The worldwide climate issues such as the global warming and the sea level rising are becoming serious. In order to relieve the stress of environment, a lot of attempts have been made to reduce the emission of CO2, which is the main component of greenhouse gases. CO2 capture and conversion (C3) is an emerging technology, which directly converts the captured CO2 into high value-added compounds or fuels such as formic acid, methanol and methane. Porphyrin metal-organic frameworks (PMOFs) are based on porphyrin or metalloporphyrin ligands and metal nodes. The combination of excellent thermal/chemical stability, strong absorption of visible light and long lifetime of excited state, and high CO2 capture capacity paves the way for the applications of PMOFs in C3.
In this review, we have firstly introduced the synthesis strategies of PMOFs, which are guided by framework topology, pillar-layer and metal-organic cage (MOC). With the good control of the pore sizes and thermal/chemical stability, the catalytic performances of PMOFs can be easily tuned:PMOFs that are prepared via the pillar-layer and MOC strategies are of relatively lower stability, and the ones that are guided by framework topology framework topology are of higher stability.
Next, we have classified the types of PMOFs according to the secondary building units (SBUs). There are four types of PMOFs, and the SBUS include (1) the low-valence metal ions such as Cu2+ and Cd2+; (2) the paddle-wheel M2(COO)4 (M=Cu2+, Zn2+) units; (3) the infinite metal (such as Al3+, Ga3+ and In3+) oxide chains; (4) the hard metal (such as Cr3+, Fe3+, Ti4+, Zr4+, Hf4+, and rare earth metals) oxide clusters. The structure characters and stability have been described afterwards. The coordination bonds in the first and second types of SBUs are relatively weak. For comparison, most of the PMOFs based on the infinite metal oxide chains and hard metal oxide cluster exhibit high thermal/chemical stabilities, which could be used for practical applications towards C3.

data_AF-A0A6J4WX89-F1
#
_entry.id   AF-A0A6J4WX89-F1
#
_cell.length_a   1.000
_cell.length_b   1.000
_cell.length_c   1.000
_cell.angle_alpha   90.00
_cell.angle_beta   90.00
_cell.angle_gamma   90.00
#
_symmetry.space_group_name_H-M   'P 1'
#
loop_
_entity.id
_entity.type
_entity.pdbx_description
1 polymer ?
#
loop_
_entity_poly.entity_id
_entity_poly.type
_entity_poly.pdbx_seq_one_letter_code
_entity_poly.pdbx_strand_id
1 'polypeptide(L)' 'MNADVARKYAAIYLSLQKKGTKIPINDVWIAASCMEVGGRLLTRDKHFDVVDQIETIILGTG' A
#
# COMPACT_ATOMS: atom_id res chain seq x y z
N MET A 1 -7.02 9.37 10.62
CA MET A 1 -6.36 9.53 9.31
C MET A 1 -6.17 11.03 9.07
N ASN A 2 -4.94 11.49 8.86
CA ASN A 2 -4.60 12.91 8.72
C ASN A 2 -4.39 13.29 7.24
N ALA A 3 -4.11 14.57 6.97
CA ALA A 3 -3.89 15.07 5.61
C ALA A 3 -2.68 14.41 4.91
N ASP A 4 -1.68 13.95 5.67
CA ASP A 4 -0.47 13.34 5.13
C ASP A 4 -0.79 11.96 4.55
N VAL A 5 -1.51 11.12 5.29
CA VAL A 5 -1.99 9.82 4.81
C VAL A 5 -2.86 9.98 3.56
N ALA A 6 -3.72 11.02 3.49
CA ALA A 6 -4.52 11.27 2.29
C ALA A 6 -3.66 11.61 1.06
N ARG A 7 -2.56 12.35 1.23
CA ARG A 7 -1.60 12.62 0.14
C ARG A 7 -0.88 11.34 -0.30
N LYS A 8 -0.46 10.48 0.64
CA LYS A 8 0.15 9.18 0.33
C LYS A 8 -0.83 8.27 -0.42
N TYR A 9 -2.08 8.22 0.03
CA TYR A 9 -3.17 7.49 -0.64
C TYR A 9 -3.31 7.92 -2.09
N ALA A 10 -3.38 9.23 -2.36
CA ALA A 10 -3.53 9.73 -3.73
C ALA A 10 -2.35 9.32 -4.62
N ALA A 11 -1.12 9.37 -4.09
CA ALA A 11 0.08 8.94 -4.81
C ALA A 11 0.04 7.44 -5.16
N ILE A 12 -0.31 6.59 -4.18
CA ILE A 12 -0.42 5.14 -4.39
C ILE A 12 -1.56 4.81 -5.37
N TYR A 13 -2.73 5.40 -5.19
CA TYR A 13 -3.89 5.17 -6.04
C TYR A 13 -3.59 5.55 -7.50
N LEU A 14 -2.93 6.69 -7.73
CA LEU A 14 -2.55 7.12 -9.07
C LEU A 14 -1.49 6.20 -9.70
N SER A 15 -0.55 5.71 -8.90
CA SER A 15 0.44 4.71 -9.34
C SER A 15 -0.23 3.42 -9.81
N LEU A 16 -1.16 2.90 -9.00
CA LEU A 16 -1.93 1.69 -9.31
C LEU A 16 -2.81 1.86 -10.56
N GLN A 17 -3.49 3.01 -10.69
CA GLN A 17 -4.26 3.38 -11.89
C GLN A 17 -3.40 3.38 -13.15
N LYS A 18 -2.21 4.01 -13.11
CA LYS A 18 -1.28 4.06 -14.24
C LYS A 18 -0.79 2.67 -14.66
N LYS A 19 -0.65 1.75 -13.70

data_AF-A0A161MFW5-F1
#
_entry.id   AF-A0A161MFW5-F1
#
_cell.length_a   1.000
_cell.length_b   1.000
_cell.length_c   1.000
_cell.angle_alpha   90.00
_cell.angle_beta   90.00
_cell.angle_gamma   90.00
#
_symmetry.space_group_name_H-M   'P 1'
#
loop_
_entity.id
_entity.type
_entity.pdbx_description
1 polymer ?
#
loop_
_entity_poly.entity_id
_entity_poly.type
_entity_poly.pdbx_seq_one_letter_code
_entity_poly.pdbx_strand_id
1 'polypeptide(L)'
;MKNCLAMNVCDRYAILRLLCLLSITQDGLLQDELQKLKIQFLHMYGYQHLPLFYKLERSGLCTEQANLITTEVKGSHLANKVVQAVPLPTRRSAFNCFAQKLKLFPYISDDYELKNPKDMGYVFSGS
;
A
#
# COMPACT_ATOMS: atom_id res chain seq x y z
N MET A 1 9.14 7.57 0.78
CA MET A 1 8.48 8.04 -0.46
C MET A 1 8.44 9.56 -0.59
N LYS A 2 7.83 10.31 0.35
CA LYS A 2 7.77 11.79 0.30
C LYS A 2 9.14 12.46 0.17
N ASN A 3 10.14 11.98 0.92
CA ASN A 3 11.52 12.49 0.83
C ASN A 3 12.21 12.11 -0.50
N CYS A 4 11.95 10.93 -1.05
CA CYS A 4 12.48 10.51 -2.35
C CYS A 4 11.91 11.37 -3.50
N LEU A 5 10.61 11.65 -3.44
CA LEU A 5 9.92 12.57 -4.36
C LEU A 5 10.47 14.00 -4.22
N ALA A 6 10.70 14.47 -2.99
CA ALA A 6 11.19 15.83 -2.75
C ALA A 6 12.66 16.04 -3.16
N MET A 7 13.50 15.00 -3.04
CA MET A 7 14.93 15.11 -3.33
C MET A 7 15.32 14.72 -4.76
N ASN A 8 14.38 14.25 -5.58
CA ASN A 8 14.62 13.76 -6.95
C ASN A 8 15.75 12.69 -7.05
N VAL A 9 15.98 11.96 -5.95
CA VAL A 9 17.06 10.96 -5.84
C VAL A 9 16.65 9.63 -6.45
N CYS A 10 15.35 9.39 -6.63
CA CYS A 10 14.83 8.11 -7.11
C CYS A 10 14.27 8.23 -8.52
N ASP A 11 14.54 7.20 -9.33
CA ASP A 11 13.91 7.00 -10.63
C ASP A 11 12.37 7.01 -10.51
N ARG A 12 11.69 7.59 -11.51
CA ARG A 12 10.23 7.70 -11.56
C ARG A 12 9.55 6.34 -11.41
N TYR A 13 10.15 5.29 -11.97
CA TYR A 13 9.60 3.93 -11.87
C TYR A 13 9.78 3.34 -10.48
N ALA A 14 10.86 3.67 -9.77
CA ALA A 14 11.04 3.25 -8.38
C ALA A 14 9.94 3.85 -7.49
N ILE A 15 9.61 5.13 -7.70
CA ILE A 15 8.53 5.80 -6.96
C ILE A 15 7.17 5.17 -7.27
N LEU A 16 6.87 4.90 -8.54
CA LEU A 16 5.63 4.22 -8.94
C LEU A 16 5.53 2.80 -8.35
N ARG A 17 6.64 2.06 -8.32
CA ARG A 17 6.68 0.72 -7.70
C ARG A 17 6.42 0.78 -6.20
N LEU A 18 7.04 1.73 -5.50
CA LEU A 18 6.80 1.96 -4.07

Then, we have summarized the recent works about applications of PMOFs in C3, which are divided into four parts, including the selective capture of CO2, organic transformations with CO2, CO2 photoreduction and CO2 electroreduction. Selective capture of CO2 from a mixture of gases is one of the most important applications, considering that less energy and lower temperatures/pressures are required. Through the catalytic cycloaddition reaction of CO2 and epoxides, the important products of cyclic carbonates can be produced. Some of the catalytic reactions can be carried out at 1 atm and room temperature with high yields. With the assistance of environmentally friendly visible light, CO2 can be photoreduced into fuels such as formate ion, methanol and methane. In addition, two typical examples of CO2 electroreduction have been discussed in this review. Through the process of photoreduction and electroreduction, clean energies such as solar light and electricity can be employed to help transfer the green gas CO2 into fuels.
At the end, we have discussed the merits and challenges of PMOFs in the applications of C3. Selective adsorption of CO2 from other gases, especially NOx, SOx and other flue gases, is highly required. The efficiency of the catalytic cycloaddition reaction should be further improved, especially cutting down the reaction time. Reaction efficiency and product selectivity of photoreduction and electroreduction should be improved. Photoelectrocatalytic reduction of CO2, which combines both advantages of photoreduction and electroreduction, should be a hot topic in the future. The ideal system should include both a photoanode for water oxidation and a photocathode for CO2 reduction that are linked by a wire without external applied bias, achieving the dream of artificial photosynthesis.